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Isaac Newton Institute for Mathematical Sciences

Euler-Lagrange Equations for Missing Curve Problem

Author: Jun Zhao (University of Kent)

Abstract

Motivation For two given paths (smooth curves), how to find a best path (missing smooth curve) which connects the two given path under certain criterion?

Continuous Euler-Lagrange Equation The solution of the missing curve is not unique, even a straight line can be a solution. Since the human vision system is Mother Nature's biological device for carrying out intelligent visual perception, the best solution must be able to fool human eyes. Since the solution needs to be equivariant under certain group actions, it describes a variational problem: $\mathcal L=\int{L}$, where $\mathcal L$ is a functional and $L$ is Lagrangian. The very famous Lagrangian used to solve the missing curve problem is $L=\kappa^2{\rm d}s$, where $\kappa$ is the curvature and $s$ is the arc length. The corresponding Euler-Lagrange equation for this variational problem is $\kappa_{ss}+\frac{1}{2}\kappa^3=0$, and the solution to this Euler-Lagrange equation is called the Euler's elastica. Since the solution is equivariant under the actions of rotation and translation, it is much easier to transform the original curves to the ''normalized position'' by using the moving frame method and find the solution, then transform them back to the original position. For the planar curves, the moving frames can be obtained by solving the normalization equations. But for the space curves, it's really hard to solve the moving frames directly. But we can manage to obtain the Euler-Lagrange equations without solving the moving frames explicitly by using the syzygies (differential relationship) between the invariants. Once we get the Euler-Lagrange equations, we can use different methods to solve the non-linear equation system, e.g. Newton methods. But the calculation is extremely complex in the space curve case and even in the planar curve case, the denominators which contain square roots in the curvature term will make the computation difficult, so we need another method to solve the problem easily without significant loss of accuracy.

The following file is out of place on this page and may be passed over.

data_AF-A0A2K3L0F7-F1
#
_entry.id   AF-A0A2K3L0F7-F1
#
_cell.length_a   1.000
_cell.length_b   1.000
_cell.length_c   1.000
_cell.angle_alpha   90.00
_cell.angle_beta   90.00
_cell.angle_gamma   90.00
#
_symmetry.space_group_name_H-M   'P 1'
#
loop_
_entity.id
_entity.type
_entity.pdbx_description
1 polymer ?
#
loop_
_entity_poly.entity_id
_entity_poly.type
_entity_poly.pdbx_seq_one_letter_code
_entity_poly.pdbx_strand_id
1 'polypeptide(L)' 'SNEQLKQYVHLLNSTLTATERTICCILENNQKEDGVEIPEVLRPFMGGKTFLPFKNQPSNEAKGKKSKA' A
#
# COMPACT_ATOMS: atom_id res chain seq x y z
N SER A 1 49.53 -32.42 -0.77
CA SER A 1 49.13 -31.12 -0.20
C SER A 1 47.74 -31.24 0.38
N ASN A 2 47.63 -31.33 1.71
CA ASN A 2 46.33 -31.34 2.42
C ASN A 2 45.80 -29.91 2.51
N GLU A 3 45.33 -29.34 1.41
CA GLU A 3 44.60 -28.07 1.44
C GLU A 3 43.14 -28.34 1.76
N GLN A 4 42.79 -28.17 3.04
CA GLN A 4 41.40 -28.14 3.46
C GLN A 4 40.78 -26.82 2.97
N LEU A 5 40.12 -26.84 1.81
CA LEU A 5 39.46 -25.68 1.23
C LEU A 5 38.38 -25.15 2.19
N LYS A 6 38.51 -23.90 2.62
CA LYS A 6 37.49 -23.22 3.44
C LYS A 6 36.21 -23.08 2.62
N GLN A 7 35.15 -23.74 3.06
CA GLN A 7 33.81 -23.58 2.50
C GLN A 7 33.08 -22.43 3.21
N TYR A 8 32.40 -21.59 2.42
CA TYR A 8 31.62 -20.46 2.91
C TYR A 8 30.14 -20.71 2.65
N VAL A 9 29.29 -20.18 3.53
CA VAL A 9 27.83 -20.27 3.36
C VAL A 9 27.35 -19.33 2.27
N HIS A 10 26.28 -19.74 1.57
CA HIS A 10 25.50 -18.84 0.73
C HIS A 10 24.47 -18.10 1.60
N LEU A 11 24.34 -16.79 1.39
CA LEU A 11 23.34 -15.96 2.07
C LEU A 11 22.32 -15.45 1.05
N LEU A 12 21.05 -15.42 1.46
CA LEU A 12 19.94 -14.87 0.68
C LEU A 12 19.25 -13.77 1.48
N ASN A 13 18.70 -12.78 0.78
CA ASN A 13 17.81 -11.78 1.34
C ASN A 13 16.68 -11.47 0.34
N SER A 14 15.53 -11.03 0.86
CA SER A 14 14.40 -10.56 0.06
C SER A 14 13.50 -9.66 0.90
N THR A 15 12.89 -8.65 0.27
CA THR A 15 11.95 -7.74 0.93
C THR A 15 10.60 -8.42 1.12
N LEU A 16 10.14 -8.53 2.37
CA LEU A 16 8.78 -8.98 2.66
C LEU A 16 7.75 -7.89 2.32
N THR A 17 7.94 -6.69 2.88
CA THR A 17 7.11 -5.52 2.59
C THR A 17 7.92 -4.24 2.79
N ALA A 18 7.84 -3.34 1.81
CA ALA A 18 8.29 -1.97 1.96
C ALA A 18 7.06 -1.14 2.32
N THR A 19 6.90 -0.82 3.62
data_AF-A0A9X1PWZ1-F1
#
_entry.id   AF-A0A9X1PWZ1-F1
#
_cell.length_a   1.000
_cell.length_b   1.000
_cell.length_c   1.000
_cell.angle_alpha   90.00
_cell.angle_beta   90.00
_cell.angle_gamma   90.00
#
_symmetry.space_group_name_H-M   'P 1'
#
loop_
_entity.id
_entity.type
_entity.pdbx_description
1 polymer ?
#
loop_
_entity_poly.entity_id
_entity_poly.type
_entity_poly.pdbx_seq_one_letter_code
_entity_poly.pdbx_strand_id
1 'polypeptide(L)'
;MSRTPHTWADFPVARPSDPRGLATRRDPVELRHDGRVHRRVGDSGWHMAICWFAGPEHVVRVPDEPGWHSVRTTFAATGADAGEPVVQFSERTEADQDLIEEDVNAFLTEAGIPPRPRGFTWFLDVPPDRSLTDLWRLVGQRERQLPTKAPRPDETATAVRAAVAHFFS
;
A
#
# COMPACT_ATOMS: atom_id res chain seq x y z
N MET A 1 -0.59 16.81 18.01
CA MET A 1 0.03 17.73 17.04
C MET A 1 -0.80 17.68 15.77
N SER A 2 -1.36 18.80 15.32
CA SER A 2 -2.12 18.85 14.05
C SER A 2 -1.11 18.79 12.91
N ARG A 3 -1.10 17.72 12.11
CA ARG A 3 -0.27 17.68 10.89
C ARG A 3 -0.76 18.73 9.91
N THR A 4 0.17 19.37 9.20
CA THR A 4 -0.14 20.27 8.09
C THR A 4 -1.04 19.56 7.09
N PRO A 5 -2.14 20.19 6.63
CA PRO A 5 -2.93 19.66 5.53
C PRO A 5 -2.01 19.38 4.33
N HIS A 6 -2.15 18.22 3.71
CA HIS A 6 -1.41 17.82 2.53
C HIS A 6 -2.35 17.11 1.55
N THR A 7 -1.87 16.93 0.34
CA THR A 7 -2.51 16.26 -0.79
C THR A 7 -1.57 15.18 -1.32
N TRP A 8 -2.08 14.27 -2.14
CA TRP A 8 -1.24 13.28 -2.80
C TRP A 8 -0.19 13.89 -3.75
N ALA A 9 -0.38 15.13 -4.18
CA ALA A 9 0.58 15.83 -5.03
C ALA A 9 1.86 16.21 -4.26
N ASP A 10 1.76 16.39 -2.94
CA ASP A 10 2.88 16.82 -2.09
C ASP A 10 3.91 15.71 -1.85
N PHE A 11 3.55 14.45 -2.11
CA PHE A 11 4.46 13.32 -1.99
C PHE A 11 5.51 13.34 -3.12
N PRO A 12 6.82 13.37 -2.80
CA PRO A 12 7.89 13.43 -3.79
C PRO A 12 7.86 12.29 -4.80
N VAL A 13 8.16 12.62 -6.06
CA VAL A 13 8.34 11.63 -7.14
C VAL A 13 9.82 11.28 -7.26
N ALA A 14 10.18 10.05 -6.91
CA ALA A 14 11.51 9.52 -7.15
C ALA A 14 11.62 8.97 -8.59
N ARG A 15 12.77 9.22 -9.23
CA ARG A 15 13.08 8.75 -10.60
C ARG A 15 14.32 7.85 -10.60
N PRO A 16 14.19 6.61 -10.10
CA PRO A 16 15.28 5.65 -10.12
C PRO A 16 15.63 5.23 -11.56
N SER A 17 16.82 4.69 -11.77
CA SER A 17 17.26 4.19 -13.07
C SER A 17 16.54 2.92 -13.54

Discrete Euler-Lagrange Equation In the industrial field of computer graphic design, using polynomials to approximate actual curves is very practical and B-spline basis function curves has proved to be one of the most efficient methods due to their outstanding properties. We will use B-spline curves to simplify our variational problems especially because of its affine invariance property, which implies, the curve after transformation can be constructed by transform the control points. Hence we can convert the differential invariants problem to the finite difference invariants problem which is much easier. Instead of finding the solution curve, we only need to find the control points of the solution B-spline curve, and use them to construct the solution curve. This leads us to the problem of finding and solving discrete Euler-Lagrange equations. In the planar curve case, the Lagrangian can be obtained by solving the moving frames and using the replacement theorem. In the space curve case, the computation will be very complex if we use the so called symbolic replacement theorem to find the discrete invariants. Construct alternate difference invariants, we will be able to get the discrete syzygies, hence find the discrete Euler-Lagrange equations.